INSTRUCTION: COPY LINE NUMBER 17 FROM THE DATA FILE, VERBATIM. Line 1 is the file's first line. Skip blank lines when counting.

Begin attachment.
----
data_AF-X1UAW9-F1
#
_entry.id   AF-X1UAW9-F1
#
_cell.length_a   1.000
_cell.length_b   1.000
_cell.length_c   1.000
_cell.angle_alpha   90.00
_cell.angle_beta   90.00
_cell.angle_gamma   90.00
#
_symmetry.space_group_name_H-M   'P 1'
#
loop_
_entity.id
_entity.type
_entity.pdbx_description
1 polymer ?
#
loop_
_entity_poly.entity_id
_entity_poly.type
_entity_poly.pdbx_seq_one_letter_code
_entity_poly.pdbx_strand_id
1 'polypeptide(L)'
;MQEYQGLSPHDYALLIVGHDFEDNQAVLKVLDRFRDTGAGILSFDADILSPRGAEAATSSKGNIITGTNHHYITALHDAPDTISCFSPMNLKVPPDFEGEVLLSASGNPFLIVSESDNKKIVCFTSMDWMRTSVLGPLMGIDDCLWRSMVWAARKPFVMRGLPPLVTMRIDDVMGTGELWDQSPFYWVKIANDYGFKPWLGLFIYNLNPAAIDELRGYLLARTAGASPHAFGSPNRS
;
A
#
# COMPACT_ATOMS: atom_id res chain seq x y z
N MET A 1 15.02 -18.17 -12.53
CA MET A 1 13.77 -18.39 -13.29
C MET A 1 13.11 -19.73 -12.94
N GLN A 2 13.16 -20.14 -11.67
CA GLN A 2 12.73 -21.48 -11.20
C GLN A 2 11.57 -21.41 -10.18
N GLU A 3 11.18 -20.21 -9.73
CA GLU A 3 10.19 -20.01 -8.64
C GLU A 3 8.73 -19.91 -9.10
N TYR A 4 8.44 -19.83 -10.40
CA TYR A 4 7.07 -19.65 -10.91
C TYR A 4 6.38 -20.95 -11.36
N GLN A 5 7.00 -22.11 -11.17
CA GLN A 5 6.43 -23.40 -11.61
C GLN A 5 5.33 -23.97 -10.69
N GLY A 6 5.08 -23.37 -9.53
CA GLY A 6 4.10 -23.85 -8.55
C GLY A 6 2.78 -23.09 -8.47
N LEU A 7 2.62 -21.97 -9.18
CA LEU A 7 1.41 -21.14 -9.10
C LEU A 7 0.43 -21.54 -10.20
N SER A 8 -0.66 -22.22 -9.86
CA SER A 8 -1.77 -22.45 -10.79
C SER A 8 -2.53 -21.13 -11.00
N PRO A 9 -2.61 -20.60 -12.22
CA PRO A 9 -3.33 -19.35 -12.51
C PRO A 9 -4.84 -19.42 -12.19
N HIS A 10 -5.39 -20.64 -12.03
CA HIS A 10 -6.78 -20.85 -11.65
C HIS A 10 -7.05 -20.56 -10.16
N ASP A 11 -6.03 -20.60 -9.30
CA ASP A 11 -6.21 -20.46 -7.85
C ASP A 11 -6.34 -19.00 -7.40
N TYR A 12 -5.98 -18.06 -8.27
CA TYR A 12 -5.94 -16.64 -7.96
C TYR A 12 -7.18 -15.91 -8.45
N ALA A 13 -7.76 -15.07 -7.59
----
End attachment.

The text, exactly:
_entity.pdbx_description